A man walks into a bar. The barman being a friend, he offers him A his secret drink. Unsatisfied with the beverage, the man pours in additional liquors to adapt it to his own taste. Does the initial drink still exist? Or has it disappeared to make way for the second one? If the drink were called Arab, conventional thought would have would have us convinced by the first answer. This is because we rely on the concept of أصل /origin to tell us about the true identity of things, in other words, our conventional framework of thought in terms of personal and collective identity is Arborescent : we look at the roots of the tree, and expect it to tell us the whole truth about what it really is.
Since ages undetermined, our specie has had a tendency to interpret reality using the ubiquitous metaphor of the tree. A quick glance at our myths and stories confirms that. Sin? We picked a fruit too many off the tree of knowledge. Morocco? A tree with its roots in Africa and its branches in Europe. In Sayed Keshua’s Second Person Singular , a character is heard ranting on about it, “What’s a man worth without his roots? It’s just like a tree, how can it grow without strong roots? It’s the same with kids, with nations.” Yet trees aren’t just used to denote a feeling of attachment and pride towards the past. For instance, John Stuart Mill uses the metaphor to argue for individuality as being one with development, as “human nature is not a machine to be built after a model, and set to do exactly the work prescribed for it, but a tree, which requires to grow and develop itself on all sides, according to the tendency of the inward forces which make it a living thing.”
Such metaphors are not innocent. While they may be seen as an epistemological tool to understand human nature through relatable figures, they are often used to paint prescriptive statements with a veneer of naturality. As a young man born and raised in Lebanon, a common leitmotiv has it that all those who go abroad should at some point return to their roots. Atlas carried the world on his back. You will carry your country with you as you go. Spread a positive image of it. Learn from what the West has to offer. Then return. Make your country better.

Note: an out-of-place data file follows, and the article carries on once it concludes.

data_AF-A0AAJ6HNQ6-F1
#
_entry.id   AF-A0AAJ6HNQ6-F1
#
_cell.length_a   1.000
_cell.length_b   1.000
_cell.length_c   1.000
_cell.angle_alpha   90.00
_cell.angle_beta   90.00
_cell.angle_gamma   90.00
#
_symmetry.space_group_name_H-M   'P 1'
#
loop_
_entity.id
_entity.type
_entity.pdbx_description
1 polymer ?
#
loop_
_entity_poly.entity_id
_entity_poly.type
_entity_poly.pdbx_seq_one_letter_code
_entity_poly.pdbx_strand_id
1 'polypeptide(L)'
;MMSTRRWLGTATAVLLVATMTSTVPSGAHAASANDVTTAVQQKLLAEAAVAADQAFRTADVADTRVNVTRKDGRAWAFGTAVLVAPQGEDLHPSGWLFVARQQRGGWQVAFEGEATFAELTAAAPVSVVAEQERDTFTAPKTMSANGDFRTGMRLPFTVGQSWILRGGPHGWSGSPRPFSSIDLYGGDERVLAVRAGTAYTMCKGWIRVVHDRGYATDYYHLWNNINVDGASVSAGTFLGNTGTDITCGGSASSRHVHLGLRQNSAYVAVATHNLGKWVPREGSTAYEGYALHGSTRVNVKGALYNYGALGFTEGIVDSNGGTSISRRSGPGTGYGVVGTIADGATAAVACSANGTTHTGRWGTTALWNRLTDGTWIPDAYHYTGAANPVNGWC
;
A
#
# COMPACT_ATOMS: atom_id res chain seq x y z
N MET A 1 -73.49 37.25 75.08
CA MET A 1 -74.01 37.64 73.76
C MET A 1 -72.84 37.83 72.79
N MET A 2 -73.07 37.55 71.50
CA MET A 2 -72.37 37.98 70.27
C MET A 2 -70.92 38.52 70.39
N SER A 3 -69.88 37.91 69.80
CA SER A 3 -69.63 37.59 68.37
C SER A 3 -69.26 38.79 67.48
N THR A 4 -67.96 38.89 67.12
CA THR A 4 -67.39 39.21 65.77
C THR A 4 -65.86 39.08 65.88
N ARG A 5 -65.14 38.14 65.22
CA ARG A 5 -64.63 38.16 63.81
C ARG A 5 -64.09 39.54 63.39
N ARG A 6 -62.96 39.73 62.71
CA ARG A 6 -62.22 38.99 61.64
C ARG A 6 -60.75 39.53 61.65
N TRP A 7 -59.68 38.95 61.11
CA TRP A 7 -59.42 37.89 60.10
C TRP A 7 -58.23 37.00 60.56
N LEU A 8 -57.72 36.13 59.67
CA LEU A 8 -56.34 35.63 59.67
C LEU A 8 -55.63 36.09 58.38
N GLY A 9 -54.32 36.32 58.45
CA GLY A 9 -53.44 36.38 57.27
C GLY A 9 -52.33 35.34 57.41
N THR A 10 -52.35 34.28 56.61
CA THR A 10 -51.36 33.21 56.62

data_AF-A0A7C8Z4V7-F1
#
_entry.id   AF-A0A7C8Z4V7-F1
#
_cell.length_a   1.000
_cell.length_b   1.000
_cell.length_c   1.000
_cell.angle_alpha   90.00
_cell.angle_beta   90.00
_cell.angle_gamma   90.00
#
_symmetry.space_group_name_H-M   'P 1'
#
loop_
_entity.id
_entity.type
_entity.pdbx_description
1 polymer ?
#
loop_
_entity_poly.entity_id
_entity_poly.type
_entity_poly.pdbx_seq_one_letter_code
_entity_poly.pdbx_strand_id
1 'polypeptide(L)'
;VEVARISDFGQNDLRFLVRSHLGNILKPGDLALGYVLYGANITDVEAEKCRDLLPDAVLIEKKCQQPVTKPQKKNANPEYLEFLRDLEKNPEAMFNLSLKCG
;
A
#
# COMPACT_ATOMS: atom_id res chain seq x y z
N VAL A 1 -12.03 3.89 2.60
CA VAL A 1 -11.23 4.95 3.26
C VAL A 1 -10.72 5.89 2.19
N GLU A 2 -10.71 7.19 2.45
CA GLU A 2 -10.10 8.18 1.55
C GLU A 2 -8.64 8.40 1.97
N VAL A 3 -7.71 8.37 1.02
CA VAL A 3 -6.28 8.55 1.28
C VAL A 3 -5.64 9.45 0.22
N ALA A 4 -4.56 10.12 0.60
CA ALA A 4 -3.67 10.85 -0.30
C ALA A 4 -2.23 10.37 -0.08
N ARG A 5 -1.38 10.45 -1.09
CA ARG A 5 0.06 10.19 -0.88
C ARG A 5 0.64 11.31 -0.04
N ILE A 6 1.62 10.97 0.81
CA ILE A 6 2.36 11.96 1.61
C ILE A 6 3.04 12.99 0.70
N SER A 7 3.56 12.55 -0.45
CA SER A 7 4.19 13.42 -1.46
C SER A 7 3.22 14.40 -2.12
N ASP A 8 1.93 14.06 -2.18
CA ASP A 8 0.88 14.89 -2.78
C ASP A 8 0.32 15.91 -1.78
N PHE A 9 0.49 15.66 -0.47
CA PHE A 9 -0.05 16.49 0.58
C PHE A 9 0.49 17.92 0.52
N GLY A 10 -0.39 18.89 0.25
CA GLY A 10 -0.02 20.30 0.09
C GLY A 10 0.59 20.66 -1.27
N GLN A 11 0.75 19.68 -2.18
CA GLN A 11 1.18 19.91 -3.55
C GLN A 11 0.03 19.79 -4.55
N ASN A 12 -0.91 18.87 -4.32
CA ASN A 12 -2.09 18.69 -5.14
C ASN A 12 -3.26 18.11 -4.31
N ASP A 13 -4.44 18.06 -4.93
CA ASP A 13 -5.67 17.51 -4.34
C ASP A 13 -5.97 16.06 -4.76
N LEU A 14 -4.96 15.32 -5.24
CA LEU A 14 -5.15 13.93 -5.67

With this burden I debarked as a young Arab into France at 17. My inevitable accent rendered any first contact doomed to start with a ubiquitous, yet permanently looming question, “where are you from?” At the time, I answered with an air of authentic confidence, “Lebanon!”, only hinting at my possession of a Belgian passport when seldomly asked about my blonde hair. The discussion would then turn into a quick touristic aperçu of the intricacies of life, hummus, religion and politics in Lebanon. What seemed challenging back then – having to condense your life’s experience in a few memorable phrases – quickly turned into an exasperating repetition of mechanical gimmicks. Why,you may ask? At one point, one realises that in the eyes of the innocent foreigner, you are not the complex swirling being you see yourself to be with your wide colorful array of fears, anxieties, doubts,, joys and passions.
Instead, you are but a mere emanation of the place where you were born. You have no contradictions, no inner struggle, no desire to break free from where you came from, no will to emancipate yourself from your conditions of existence, you are reduced to your essence, to your roots. The tree is cut in two, no longer are there branches that would reach for the sky. You then become but one mere Arab stump among many in a dead forest.